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former rnc chairman and msnbc political analyst michael steele. first to you, pete. walk us through what the justice department is trying to do here. >> sure. you go back here to the supreme court in 2012 when the supreme court upheld obamacare. now, then in an opinion writtenly chief justice john roberts, the court said you can't require someone to buy something that's sold on the open market. it said the individual mandate part was unconstitutional, but it said obamacare could be upheld because of a tax. if you didn't buy health insurance, you had to pay a tax penalty. on that basis, on the basis it was a tax, obamacare was saved. then congress set the tax at zero, and last december a texas judge based on a lawsuit filed by texas and several other states said, well, if there's no tax, then obamacare has to collapse because the supreme court said the whole thing rises or falls together. so it's that view that the justice department has now endorsed when the case is before the fifth circuit court of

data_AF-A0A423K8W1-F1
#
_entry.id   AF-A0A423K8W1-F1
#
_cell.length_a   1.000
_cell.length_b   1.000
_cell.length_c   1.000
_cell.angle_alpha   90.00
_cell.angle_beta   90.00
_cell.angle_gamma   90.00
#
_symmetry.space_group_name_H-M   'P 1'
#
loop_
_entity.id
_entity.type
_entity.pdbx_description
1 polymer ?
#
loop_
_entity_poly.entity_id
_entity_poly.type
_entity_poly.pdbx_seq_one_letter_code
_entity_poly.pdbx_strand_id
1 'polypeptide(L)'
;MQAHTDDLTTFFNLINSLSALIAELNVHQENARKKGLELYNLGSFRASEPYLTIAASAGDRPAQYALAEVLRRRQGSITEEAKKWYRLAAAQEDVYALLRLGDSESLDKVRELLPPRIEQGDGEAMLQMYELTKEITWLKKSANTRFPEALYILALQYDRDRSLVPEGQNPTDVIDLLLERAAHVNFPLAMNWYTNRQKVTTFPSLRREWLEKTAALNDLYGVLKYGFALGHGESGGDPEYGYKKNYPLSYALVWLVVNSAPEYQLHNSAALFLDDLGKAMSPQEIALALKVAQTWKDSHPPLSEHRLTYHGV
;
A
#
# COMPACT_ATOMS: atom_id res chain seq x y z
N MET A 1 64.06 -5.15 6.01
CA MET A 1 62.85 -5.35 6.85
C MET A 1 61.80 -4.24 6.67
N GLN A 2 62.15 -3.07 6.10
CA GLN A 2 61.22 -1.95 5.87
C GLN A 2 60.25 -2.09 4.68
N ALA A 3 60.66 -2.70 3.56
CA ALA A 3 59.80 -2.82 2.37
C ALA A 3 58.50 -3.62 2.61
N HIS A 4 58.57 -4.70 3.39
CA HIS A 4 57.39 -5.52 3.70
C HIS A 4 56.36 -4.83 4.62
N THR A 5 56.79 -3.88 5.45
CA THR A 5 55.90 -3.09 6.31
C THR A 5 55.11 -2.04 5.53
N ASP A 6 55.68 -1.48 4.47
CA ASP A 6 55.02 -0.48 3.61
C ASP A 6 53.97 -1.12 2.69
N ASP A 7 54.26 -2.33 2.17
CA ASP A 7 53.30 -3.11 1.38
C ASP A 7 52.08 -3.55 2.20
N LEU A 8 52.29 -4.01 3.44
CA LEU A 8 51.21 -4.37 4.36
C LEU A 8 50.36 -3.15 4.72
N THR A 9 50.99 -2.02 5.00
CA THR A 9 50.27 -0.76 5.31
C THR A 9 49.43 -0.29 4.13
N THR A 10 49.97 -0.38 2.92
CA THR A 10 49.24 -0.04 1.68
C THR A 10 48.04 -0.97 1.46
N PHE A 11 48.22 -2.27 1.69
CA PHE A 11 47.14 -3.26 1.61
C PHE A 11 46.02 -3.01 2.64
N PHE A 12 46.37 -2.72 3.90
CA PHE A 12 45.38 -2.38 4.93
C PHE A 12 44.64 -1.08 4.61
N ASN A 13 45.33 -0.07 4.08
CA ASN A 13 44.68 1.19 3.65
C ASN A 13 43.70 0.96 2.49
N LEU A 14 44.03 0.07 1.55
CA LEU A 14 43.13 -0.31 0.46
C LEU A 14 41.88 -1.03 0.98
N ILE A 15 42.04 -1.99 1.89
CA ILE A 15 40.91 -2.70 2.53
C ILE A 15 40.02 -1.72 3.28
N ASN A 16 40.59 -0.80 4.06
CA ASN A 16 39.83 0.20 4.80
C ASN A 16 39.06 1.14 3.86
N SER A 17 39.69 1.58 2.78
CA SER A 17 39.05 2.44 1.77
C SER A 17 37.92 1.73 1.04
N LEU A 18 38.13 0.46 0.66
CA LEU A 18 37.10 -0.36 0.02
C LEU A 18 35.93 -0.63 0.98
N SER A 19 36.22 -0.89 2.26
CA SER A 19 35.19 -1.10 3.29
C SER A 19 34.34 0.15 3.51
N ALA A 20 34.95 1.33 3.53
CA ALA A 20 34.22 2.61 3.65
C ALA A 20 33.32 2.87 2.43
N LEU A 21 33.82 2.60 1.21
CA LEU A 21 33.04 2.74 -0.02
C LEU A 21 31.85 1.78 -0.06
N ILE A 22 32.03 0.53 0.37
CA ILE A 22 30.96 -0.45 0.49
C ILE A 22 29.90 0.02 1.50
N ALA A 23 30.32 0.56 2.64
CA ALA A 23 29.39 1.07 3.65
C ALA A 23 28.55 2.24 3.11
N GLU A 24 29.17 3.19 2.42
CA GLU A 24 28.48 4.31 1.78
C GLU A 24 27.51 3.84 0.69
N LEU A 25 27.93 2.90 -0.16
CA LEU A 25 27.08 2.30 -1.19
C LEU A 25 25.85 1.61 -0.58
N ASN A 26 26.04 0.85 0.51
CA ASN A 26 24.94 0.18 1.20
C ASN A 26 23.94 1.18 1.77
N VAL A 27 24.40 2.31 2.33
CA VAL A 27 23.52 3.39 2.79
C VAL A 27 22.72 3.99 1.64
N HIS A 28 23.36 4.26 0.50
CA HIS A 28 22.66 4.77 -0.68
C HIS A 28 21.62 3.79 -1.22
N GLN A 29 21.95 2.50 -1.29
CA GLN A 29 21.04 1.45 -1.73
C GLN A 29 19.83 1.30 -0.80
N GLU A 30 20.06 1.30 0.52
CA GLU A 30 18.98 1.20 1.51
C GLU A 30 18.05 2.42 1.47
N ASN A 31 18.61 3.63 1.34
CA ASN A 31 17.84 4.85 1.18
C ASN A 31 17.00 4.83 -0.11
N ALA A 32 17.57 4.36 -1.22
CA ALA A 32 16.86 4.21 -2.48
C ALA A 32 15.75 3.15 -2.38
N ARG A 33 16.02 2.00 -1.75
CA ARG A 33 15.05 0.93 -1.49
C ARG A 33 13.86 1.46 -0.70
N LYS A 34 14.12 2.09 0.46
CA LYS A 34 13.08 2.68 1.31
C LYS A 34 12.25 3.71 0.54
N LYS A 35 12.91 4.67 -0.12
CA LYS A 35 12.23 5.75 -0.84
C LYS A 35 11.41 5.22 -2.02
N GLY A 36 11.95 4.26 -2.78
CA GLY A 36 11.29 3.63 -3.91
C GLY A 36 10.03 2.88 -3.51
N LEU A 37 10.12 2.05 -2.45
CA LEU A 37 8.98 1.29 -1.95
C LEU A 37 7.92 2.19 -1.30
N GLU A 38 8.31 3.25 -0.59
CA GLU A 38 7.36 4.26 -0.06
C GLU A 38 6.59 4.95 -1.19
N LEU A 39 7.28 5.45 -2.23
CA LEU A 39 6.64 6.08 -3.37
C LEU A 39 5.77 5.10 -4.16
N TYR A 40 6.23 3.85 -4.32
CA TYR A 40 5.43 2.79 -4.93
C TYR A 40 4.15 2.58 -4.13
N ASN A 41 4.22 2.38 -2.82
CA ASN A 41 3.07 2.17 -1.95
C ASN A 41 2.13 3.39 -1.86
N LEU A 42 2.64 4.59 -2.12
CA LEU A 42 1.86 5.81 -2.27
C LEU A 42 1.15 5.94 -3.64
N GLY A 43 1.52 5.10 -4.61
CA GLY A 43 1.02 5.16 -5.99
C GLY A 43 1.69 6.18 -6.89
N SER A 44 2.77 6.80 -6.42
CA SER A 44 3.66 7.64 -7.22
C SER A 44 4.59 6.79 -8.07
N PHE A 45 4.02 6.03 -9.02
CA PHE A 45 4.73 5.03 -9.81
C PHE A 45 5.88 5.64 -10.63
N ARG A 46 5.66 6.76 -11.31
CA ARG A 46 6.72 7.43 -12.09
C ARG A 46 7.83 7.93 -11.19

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appeals. i should say that the other side in this dispute, other states that are fighting to preserve obamacare, say no, no, that judge has it wrong. if there's no tax, then you don't have to buy health insurance because there's no penalty, so there's no mandate anymore. and now obamacare becomes, in essence, sort of a choice. so it should be upheld, it should still be constitutional. so that's the issue before the fifth circuit. that's the position that the trump administration now takes, and frankly, it's going to come back to the supreme court and if it does, i can't predict what would happen, but john roberts voted to save it not once but twice, and might he do it again. >> do we have any guess, pete, about a timeline for this, when the fifth circuit would hear this and once they make a ruling what the timing would be for the supreme court? >> well, we're looking at least a year, possibly a year and a half would be my guess before it comes to the supreme court. maybe next term.